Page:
when Mr. Ware succeeded him, he endorsed this writ over to Mr. Ware; so that these writs are negotiable from one officer to another; and so your honors have no opportunity of judging the persons to whom this vast power is delegated. Another instance is this: Mr. Justice Walley had called this same Mr. Ware before him, by a constable, to answer for a breach of the Sabbath-day acts, or that of profane swearing. As soon as he had finished, Mr. Ware asked him if he had done. He replied, "Yes." "Well then," said Mr. Ware, "I will show you a little of my power. I command you to permit me to search your house for uncustomed goods"; and went on to search the house from the garret to the cellar; and then served the constable in the same manner! But to show another absurdity in this writ: if it should be established, I insist upon it every person, by the 14th Charles Second, has this power as well as the custom-house officers. The words are: "it shall be lawful for any person or persons authorized," etc. What a scene does this open! Every man prompted by revenge, ill-humor, or wantonness to inspect the inside of his neighbor's house, may get a writ of assistance. Others will ask it from self-defence; one arbitrary exertion will provoke another, until society be involved in tumult and in blood:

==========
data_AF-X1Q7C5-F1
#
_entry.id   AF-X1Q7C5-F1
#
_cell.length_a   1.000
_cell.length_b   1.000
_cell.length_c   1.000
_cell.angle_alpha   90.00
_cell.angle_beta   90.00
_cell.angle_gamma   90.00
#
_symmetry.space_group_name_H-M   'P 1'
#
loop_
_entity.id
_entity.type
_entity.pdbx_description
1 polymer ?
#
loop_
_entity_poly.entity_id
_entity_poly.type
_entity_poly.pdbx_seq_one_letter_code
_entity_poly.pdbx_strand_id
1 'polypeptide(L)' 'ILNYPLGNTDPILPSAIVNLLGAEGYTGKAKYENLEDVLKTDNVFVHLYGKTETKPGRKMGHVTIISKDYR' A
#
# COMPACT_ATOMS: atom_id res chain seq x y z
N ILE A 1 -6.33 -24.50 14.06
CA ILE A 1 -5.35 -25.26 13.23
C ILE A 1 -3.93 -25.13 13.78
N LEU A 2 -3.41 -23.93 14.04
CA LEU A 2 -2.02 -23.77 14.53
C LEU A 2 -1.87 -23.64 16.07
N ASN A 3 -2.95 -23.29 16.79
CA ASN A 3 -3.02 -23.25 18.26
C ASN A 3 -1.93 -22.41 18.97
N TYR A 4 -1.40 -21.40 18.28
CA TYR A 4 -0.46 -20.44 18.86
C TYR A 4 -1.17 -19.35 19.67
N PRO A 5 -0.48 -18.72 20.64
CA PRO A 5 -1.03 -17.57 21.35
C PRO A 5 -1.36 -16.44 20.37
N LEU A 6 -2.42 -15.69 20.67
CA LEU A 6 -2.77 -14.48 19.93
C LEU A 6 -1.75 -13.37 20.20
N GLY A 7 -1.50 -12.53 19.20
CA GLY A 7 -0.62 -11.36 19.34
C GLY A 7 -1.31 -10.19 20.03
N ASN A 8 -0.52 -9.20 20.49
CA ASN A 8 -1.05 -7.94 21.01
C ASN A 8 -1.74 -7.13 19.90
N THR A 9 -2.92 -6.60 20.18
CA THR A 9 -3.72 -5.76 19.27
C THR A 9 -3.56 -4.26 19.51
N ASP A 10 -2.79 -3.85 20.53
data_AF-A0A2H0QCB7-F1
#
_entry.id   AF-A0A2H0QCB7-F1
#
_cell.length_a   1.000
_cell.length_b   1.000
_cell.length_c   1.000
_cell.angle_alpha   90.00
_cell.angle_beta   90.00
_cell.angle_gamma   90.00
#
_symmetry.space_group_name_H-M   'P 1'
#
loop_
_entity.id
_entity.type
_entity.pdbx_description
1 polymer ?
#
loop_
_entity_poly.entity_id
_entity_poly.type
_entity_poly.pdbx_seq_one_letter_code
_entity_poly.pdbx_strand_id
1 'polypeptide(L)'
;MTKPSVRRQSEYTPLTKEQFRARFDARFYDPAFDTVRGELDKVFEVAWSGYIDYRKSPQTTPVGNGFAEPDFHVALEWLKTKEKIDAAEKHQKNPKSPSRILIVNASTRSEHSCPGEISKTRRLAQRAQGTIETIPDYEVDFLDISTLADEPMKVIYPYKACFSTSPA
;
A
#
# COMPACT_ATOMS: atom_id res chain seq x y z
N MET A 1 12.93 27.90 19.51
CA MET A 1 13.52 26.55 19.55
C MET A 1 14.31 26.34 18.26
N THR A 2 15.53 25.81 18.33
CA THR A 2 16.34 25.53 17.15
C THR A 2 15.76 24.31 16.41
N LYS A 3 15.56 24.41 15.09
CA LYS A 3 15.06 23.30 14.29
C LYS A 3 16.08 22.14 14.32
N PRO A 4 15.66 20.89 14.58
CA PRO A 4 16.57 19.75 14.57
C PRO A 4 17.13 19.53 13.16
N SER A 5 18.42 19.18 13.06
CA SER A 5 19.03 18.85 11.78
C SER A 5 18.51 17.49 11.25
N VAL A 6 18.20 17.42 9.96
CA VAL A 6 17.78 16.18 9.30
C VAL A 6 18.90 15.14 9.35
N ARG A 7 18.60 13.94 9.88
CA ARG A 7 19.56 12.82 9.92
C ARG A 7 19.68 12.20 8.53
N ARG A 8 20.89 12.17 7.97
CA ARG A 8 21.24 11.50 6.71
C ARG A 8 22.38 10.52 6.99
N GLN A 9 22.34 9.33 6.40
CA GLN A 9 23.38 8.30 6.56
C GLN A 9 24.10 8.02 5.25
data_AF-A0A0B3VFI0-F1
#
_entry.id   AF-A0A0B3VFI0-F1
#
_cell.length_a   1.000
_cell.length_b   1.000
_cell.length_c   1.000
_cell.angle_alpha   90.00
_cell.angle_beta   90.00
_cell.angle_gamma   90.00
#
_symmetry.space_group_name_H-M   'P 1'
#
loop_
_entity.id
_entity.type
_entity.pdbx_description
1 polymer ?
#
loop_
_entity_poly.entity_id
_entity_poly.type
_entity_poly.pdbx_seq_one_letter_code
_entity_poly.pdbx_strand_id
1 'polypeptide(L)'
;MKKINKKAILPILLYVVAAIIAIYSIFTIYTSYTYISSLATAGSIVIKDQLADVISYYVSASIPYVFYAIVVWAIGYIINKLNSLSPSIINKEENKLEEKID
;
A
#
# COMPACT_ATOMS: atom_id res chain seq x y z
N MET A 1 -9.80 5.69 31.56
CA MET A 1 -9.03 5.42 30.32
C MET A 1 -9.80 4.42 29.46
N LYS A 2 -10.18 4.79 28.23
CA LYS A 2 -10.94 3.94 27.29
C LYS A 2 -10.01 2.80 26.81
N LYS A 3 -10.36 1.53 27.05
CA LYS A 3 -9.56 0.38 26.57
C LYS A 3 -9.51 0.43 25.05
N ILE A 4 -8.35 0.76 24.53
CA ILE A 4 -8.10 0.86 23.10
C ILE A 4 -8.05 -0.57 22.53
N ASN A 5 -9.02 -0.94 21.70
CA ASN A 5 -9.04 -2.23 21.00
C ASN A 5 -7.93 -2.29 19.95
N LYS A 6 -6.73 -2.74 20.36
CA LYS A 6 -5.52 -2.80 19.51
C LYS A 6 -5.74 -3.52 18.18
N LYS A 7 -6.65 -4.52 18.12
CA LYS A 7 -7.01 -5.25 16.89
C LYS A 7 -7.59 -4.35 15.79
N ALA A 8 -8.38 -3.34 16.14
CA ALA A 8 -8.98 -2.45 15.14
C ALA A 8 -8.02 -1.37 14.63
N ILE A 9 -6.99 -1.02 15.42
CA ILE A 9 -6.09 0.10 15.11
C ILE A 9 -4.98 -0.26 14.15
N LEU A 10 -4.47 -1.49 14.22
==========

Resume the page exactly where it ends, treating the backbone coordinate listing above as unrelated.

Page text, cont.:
MR. PRESIDENT: No man thinks more highly than I do of the patriotism, as well as abilities, of the very worthy gentlemen who have just addressed the House. But different men often see the same subject in different lights; and, therefore, I hope that it will not be thought disrespectful to those gentlemen, if, entertaining as I do, opinions of a character very opposite to theirs, I shall speak forth my sentiments freely and without reserve. This is no time for ceremony. The question before the House is one of awful moment to this country. For my own part I consider it as nothing less than a question of freedom or slavery; and in proportion to the magnitude of the subject ought to be the freedom of the debate. It is only in this way that we can hope to arrive at truth, and fulfil the great responsibility Which we hold to God and our country. Should I keep back my opinions at such a time, through fear of giving offence, I should consider myself as guilty of treason toward my country, and of an act of disloyalty toward the majesty of heaven, which I revere above all earthly-kings. Mr. President, it is natural to man to indulge in the illusions of hope. We are apt to shut our eyes against a painful truth, and listen to the song of that syren, till she transforms us into beasts. Is this the part of wise men, engaged in a great and arduous struggle for liberty? Are we disposed to be of the number of those who, having eyes, see not, and having ears, hear not, the things which so nearly concern their temporal salvation? For my part, whatever anguish of spirit it may cost, I am willing to know the whole truth; to know the worst and to provide for it. I have but one lamp by which my feet are guided; and that is the lamp of experience. I know of no way of judging of the future but by the past. And judging by the past, I wish to know what there has been in the conduct of the British ministry for the last ten years, to justify those hopes with which gentlemen have been pleased to solace themselves and the House? Is it that insidious smile with which our petition has been lately received? Trust it not, sir; it will prove a snare to your feet. Suffer not yourselves to be betrayed with a kiss. Ask yourselves how this gracious reception of our petition comports with these war-like preparations which cover our waters and darken our land. Are fleets and armies necessary to a work of love and reconciliation? Have we shown ourselves so unwilling to be reconciled, that force must be called in to win back our love? Let us not deceive ourselves, sir. These are the implements of war and subjugation; the last arguments to which kings resort. I ask gentlemen, sir, what means this martial array. If its purpose be not to force us to submission? Can gentlemen assign any other possible motives for it? Has Great Britain any enemy, in this quarter of the world, to call for all this accumulation of navies and armies? No, sir, she has none. They are meant for us; they can be meant for no other. They are sent over to bind and rivet upon us those chains which the British ministry have been so long forging. And what have we to oppose to them? Shall we try argument? Sir, we have been trying that for the last ten years. Have we any thing new to offer on the subject? Nothing. We have held the subject up in every light of which it is capable; but it has been all in vain. Shall we resort to entreaty and humble supplication? What terms shall we find which have not been already exhausted? Let us not, I beseech you, sir, deceive ourselves longer. Sir, we have done every thing that could be done, to avert the storm which is now coming on. We have petitioned; we have remonstrated; we have supplicated: we have prostrated ourselves before the throne, and have implored its interposition to arrest the tyrannical hands of the ministry and parliament. Our petitions have been slighted; our remonstrances have produced additional violence and insult; our supplications have been disregarded; and we have been spurned, with contempt, from the foot of the throne. In vain, after these things, may we indulge the fond hope of peace and reconciliation. There is no longer any room for hope. If we wish to be free—if we mean to preserve inviolate those inestimable privileges for which we have been so long contending—if we mean not basely to abandon the noble struggle in which we have been so long engaged, and which we have pledged ourselves never to abandon until the glorious object of our contest shall be obtained, we must fight! I repeat it, sir, we must fight! An appeal to arms and to the God of Hosts is all that is left us! They tell us, sir, that we are weak; unable to cope with so formidable an adversary. But when shall we be stronger? Will it be the next week, or the next year? Will it be when we are totally disarmed, and when a British guard shall be stationed in every house? Shall we gather strength by irresolution and inaction? Shall we acquire the means of effectual resistance, by lying supinely on our backs, and hugging the delusive phantom of hope, until our enemies shall have bound us hand and foot? Sir, we are not weak, if we make a proper use of the means which the God of nature bath placed in our power. Three millions of people, armed in the holy cause of liberty, and in such a country as that which we possess, are invincible by any force which our enemy can send against us. Besides, sir, we shall not fight our battles alone. There is a just God who presides over the destinies of nations; and who will raise up friends to fight our battles for us. The battle, sir, is not to the strong alone; it is to the vigilant, the active, the brave. Besides. sir, we have no election. If we were base enough to desire it, it is now too late to retire from the contest. There is no retreat, but in submission and slavery! Our chains are forged! Their clanking may be heard on the plains of Boston! The war is inevitable—and let it come! I repeat it, sir, let it come! It is in vain, sir, to extenuate the matter. Gentlemen may cry peace, peace—but there is no peace. The war is actually begun! The next gale that sweeps from the north will bring to our ears the clash of resounding arms. Our brethren are already in the field! Why stand we here idle? What is it that gentlemen wish? What would they have? Is life so dear, or peace so sweet, as to be purchased at the price of chains and slavery? Forbid it, Almighty God! I know not what course others may take; but as for me, give me liberty, or give me death!